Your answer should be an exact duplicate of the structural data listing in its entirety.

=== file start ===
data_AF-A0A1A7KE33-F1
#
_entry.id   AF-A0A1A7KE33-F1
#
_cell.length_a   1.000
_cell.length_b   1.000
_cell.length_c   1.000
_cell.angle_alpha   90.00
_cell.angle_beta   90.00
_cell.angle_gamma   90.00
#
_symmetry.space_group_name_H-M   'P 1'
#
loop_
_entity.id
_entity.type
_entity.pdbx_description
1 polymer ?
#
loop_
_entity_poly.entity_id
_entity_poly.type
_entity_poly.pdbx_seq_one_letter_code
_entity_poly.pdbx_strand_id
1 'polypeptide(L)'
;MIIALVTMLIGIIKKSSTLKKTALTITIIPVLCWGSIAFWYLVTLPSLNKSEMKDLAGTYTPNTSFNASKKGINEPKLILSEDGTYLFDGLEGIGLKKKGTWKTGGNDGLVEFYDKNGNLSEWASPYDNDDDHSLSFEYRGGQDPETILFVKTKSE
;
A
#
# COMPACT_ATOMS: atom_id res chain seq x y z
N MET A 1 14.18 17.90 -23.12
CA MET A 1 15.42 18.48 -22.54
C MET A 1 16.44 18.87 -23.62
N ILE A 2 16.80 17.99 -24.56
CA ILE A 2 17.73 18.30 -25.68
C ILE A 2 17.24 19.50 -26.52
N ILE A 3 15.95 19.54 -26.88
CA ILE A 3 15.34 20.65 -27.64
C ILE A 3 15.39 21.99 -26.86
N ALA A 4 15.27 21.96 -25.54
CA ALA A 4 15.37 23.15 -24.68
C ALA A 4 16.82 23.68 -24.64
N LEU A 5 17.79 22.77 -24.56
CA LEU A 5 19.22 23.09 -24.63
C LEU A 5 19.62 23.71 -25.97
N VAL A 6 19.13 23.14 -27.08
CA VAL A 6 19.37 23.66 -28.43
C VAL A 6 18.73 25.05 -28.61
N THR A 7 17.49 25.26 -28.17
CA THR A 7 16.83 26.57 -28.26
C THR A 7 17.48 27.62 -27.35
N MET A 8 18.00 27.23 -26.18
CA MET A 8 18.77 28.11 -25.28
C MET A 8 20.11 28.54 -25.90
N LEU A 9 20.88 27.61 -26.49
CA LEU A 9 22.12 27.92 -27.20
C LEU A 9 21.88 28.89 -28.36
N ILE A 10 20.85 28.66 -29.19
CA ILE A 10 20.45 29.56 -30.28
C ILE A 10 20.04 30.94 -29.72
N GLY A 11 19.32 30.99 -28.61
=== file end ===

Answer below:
data_AF-A0A1A7KE33-F1
#
_entry.id   AF-A0A1A7KE33-F1
#
_cell.length_a   1.000
_cell.length_b   1.000
_cell.length_c   1.000
_cell.angle_alpha   90.00
_cell.angle_beta   90.00
_cell.angle_gamma   90.00
#
_symmetry.space_group_name_H-M   'P 1'
#
loop_
_entity.id
_entity.type
_entity.pdbx_description
1 polymer ?
#
loop_
_entity_poly.entity_id
_entity_poly.type
_entity_poly.pdbx_seq_one_letter_code
_entity_poly.pdbx_strand_id
1 'polypeptide(L)'
;MIIALVTMLIGIIKKSSTLKKTALTITIIPVLCWGSIAFWYLVTLPSLNKSEMKDLAGTYTPNTSFNASKKGINEPKLILSEDGTYLFDGLEGIGLKKKGTWKTGGNDGLVEFYDKNGNLSEWASPYDNDDDHSLSFEYRGGQDPETILFVKTKSE
;
A
#
# COMPACT_ATOMS: atom_id res chain seq x y z
N MET A 1 14.18 17.90 -23.12
CA MET A 1 15.42 18.48 -22.54
C MET A 1 16.44 18.87 -23.62
N ILE A 2 16.80 17.99 -24.56
CA ILE A 2 17.73 18.30 -25.68
C ILE A 2 17.24 19.50 -26.52
N ILE A 3 15.95 19.54 -26.88
CA ILE A 3 15.34 20.65 -27.64
C ILE A 3 15.39 21.99 -26.86
N ALA A 4 15.27 21.96 -25.54
CA ALA A 4 15.37 23.15 -24.68
C ALA A 4 16.82 23.68 -24.64
N LEU A 5 17.79 22.77 -24.56
CA LEU A 5 19.22 23.09 -24.63
C LEU A 5 19.62 23.71 -25.97
N VAL A 6 19.13 23.14 -27.08
CA VAL A 6 19.37 23.66 -28.43
C VAL A 6 18.73 25.05 -28.61
N THR A 7 17.49 25.26 -28.17
CA THR A 7 16.83 26.57 -28.26
C THR A 7 17.48 27.62 -27.35
N MET A 8 18.00 27.23 -26.18
CA MET A 8 18.77 28.11 -25.28
C MET A 8 20.11 28.54 -25.90
N LEU A 9 20.88 27.61 -26.49
CA LEU A 9 22.12 27.92 -27.20
C LEU A 9 21.88 28.89 -28.36
N ILE A 10 20.85 28.66 -29.19
CA ILE A 10 20.45 29.56 -30.28
C ILE A 10 20.04 30.94 -29.72
N GLY A 11 19.32 30.99 -28.61